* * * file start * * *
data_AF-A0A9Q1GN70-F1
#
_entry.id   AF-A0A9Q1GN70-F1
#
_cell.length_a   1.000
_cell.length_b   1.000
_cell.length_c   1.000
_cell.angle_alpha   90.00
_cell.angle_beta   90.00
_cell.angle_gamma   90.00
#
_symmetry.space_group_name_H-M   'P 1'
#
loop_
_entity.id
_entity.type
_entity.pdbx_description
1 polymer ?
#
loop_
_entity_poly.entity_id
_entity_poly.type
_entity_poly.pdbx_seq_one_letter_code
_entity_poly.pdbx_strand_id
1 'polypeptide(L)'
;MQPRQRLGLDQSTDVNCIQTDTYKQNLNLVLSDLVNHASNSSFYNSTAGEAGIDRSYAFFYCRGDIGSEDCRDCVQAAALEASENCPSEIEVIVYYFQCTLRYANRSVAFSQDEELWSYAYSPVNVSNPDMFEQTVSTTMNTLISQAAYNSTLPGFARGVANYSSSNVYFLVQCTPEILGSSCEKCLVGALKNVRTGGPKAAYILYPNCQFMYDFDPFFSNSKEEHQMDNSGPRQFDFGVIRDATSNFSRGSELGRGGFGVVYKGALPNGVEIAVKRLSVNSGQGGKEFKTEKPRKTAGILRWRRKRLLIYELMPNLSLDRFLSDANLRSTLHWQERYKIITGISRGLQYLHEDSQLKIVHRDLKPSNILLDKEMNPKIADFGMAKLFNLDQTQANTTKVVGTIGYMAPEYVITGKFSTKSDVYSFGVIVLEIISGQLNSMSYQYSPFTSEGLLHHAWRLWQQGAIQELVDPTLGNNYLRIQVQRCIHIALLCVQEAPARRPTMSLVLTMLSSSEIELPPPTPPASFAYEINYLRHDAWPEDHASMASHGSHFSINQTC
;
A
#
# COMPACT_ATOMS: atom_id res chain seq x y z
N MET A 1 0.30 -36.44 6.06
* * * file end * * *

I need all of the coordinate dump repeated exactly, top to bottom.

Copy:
data_AF-A0A9Q1GN70-F1
#
_entry.id   AF-A0A9Q1GN70-F1
#
_cell.length_a   1.000
_cell.length_b   1.000
_cell.length_c   1.000
_cell.angle_alpha   90.00
_cell.angle_beta   90.00
_cell.angle_gamma   90.00
#
_symmetry.space_group_name_H-M   'P 1'
#
loop_
_entity.id
_entity.type
_entity.pdbx_description
1 polymer ?
#
loop_
_entity_poly.entity_id
_entity_poly.type
_entity_poly.pdbx_seq_one_letter_code
_entity_poly.pdbx_strand_id
1 'polypeptide(L)'
;MQPRQRLGLDQSTDVNCIQTDTYKQNLNLVLSDLVNHASNSSFYNSTAGEAGIDRSYAFFYCRGDIGSEDCRDCVQAAALEASENCPSEIEVIVYYFQCTLRYANRSVAFSQDEELWSYAYSPVNVSNPDMFEQTVSTTMNTLISQAAYNSTLPGFARGVANYSSSNVYFLVQCTPEILGSSCEKCLVGALKNVRTGGPKAAYILYPNCQFMYDFDPFFSNSKEEHQMDNSGPRQFDFGVIRDATSNFSRGSELGRGGFGVVYKGALPNGVEIAVKRLSVNSGQGGKEFKTEKPRKTAGILRWRRKRLLIYELMPNLSLDRFLSDANLRSTLHWQERYKIITGISRGLQYLHEDSQLKIVHRDLKPSNILLDKEMNPKIADFGMAKLFNLDQTQANTTKVVGTIGYMAPEYVITGKFSTKSDVYSFGVIVLEIISGQLNSMSYQYSPFTSEGLLHHAWRLWQQGAIQELVDPTLGNNYLRIQVQRCIHIALLCVQEAPARRPTMSLVLTMLSSSEIELPPPTPPASFAYEINYLRHDAWPEDHASMASHGSHFSINQTC
;
A
#
# COMPACT_ATOMS: atom_id res chain seq x y z
N MET A 1 0.30 -36.44 6.06